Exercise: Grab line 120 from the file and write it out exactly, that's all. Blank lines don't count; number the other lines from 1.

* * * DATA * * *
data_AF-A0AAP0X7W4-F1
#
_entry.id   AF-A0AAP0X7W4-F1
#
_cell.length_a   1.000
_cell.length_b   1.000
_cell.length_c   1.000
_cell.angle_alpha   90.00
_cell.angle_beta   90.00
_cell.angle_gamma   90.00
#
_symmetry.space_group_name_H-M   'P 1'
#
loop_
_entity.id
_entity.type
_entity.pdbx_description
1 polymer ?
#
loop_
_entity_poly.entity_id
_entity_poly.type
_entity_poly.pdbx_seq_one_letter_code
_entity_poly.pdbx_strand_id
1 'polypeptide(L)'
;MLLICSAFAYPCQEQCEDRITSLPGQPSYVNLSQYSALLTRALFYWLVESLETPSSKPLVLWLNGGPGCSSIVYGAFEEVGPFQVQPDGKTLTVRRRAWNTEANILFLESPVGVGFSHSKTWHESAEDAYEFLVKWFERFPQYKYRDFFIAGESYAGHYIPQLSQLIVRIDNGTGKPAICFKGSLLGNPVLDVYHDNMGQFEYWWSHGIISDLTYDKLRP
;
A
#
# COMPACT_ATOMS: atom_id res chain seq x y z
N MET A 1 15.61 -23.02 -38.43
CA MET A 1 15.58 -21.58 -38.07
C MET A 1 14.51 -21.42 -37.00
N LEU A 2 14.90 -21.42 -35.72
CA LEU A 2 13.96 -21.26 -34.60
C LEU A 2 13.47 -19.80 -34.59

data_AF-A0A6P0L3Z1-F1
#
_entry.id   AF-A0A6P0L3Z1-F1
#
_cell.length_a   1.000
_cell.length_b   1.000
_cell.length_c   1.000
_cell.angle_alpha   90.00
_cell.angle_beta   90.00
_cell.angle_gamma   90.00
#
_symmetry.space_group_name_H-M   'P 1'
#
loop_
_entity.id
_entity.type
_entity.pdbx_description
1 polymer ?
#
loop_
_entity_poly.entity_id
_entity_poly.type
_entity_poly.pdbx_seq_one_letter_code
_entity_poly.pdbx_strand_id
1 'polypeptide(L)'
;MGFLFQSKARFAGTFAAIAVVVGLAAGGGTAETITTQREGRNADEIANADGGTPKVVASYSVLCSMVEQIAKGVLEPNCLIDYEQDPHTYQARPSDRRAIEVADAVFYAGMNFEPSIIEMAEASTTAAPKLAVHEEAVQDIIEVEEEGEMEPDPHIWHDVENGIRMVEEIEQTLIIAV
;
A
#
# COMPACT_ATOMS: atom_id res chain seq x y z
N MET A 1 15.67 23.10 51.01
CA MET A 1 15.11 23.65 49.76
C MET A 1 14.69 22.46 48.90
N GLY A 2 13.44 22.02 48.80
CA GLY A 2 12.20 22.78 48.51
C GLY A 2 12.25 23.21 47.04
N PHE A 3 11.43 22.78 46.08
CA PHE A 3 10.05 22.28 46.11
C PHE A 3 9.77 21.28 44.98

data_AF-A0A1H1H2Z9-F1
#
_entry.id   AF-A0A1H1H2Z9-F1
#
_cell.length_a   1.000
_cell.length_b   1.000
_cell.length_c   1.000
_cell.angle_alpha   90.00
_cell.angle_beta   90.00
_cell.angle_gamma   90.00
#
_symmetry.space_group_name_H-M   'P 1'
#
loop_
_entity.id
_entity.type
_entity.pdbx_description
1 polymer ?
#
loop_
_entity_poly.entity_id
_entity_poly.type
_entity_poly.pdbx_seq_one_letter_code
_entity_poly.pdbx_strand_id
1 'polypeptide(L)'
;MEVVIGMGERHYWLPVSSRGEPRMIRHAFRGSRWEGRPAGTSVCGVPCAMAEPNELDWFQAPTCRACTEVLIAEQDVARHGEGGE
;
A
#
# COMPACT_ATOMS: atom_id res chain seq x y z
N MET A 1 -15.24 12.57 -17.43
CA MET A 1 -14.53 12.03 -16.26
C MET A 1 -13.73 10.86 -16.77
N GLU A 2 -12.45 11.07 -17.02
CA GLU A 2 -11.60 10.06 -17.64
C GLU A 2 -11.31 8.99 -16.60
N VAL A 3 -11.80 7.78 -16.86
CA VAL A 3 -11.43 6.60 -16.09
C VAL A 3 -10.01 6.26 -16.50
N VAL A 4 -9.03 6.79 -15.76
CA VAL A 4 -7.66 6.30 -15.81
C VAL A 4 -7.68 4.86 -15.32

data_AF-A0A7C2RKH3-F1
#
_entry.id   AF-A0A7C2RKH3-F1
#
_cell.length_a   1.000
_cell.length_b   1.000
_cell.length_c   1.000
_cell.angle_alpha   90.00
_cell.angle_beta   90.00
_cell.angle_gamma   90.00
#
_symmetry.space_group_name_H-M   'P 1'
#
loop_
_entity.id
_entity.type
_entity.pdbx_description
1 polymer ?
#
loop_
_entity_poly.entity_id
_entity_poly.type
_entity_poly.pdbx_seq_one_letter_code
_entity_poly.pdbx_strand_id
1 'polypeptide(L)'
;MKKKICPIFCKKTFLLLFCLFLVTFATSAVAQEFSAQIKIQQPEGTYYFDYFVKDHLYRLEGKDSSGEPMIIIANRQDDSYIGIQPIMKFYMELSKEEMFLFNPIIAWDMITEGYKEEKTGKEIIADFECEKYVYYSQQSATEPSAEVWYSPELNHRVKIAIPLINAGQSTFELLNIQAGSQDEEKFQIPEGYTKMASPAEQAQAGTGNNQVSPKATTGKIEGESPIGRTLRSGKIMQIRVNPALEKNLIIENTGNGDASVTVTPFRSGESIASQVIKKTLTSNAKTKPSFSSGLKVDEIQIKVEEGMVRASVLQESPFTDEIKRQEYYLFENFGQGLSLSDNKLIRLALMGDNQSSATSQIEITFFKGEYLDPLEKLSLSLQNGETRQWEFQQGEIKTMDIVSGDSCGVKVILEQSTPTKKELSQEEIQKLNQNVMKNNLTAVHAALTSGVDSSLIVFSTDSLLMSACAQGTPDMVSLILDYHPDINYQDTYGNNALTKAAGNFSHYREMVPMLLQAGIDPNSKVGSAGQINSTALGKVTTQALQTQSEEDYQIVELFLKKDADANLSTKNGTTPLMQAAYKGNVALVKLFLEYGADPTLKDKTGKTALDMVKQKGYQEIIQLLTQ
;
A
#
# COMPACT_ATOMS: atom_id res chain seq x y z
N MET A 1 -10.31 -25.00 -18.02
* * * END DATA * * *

_entry.id   AF-A0A7C2RKH3-F1